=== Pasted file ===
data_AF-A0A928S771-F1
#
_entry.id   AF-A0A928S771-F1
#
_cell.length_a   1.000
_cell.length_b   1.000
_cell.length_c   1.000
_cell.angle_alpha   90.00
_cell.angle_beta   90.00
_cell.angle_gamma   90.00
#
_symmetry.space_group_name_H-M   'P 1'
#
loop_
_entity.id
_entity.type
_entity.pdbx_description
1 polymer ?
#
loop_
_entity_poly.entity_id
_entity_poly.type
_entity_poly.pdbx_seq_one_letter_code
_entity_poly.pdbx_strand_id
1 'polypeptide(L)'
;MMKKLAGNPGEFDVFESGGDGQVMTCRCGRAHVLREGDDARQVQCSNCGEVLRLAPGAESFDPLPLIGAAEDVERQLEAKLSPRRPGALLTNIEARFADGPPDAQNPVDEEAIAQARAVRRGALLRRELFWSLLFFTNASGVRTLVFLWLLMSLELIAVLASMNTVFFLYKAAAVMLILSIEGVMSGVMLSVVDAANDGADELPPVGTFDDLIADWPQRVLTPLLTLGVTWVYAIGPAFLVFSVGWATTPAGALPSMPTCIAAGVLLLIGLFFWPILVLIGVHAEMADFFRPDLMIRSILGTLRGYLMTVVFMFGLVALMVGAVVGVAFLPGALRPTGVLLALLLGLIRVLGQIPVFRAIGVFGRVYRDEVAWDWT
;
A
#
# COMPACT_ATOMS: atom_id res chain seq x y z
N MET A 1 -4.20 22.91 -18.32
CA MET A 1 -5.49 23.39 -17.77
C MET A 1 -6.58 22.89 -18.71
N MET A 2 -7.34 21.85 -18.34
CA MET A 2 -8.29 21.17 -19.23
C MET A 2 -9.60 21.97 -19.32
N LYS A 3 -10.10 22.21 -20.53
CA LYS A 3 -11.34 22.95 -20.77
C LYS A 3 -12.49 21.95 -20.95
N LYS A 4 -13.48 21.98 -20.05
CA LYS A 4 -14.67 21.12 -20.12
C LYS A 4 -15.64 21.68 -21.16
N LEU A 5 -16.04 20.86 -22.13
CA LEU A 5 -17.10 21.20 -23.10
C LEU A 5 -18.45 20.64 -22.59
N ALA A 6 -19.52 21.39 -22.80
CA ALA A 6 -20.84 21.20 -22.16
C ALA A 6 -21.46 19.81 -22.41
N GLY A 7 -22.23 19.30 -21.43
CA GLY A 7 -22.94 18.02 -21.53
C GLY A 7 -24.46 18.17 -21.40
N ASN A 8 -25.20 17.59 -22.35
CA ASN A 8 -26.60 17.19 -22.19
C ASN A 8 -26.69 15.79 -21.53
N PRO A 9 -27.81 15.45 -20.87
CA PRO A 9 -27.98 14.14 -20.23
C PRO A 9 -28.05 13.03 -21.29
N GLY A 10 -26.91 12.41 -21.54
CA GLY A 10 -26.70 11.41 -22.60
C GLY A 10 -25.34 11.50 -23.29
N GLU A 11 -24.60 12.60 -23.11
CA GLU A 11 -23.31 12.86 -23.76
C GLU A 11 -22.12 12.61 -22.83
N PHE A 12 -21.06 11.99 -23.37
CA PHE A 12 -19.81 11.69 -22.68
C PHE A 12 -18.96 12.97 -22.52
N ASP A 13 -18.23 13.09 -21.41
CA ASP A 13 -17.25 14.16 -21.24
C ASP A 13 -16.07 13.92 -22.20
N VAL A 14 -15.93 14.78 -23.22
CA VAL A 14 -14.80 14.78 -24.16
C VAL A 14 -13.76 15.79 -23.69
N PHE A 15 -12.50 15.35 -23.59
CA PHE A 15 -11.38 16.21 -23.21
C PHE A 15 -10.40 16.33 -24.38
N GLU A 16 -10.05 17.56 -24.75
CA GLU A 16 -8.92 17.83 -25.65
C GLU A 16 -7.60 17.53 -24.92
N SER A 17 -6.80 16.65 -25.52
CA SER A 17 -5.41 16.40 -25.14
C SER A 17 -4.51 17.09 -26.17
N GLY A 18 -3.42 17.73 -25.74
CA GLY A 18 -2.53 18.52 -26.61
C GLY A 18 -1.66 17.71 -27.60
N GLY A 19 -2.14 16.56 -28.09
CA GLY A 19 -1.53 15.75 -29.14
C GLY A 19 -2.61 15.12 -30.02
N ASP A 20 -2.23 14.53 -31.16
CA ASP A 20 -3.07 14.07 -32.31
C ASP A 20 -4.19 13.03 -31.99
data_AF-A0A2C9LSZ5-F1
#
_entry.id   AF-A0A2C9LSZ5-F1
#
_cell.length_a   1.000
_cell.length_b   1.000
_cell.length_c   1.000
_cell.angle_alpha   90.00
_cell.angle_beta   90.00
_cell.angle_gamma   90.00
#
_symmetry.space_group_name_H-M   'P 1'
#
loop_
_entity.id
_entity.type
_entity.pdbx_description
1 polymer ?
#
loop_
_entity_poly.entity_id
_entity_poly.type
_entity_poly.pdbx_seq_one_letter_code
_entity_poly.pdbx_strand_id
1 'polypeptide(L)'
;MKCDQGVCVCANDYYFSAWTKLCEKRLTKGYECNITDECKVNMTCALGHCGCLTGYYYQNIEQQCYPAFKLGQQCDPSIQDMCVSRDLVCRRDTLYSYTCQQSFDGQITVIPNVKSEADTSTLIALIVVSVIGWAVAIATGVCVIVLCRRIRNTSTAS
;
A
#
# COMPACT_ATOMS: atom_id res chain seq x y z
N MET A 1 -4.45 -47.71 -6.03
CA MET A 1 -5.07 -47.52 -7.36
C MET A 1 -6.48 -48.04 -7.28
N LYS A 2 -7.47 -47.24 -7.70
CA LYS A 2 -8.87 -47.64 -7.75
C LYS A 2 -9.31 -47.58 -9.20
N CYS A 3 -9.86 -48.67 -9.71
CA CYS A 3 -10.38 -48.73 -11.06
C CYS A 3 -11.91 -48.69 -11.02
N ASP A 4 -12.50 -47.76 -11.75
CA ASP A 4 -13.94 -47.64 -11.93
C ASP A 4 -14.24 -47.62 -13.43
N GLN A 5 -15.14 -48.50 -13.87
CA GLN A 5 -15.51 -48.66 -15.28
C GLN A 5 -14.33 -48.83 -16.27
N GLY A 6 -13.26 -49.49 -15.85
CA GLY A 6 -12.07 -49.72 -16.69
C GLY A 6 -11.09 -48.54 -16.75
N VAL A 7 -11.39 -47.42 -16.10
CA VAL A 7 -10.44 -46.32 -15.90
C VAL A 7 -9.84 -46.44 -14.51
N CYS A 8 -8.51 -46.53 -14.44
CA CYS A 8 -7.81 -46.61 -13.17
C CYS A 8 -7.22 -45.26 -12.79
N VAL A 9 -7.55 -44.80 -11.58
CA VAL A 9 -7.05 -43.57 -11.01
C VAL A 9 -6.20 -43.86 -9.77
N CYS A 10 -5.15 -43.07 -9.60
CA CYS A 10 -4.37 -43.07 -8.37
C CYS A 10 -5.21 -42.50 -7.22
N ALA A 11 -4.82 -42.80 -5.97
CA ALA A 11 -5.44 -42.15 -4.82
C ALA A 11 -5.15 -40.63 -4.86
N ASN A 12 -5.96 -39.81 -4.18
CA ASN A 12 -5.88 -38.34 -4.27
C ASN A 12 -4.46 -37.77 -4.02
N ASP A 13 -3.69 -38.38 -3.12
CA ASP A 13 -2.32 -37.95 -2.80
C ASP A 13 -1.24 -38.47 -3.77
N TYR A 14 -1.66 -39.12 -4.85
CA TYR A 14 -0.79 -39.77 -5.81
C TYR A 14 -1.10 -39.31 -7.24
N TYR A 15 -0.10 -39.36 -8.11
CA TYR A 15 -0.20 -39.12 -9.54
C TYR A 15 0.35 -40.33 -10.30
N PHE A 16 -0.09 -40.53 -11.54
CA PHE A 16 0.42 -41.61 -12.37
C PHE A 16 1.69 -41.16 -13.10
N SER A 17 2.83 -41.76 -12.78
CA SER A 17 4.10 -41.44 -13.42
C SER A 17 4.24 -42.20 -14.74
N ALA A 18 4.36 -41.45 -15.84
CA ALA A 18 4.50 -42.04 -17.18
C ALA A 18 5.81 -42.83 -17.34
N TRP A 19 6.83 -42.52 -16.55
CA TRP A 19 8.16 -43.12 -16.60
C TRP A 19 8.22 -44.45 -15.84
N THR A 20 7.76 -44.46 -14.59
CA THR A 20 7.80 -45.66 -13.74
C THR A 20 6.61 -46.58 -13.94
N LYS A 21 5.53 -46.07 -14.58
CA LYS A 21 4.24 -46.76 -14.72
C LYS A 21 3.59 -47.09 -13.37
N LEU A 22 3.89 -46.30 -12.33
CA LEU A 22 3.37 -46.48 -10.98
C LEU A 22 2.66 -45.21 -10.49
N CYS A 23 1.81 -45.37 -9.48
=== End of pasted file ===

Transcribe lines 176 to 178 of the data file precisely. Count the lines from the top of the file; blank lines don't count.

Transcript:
CA TRP A 19 8.16 -43.12 -16.60
C TRP A 19 8.22 -44.45 -15.84
N THR A 20 7.76 -44.46 -14.59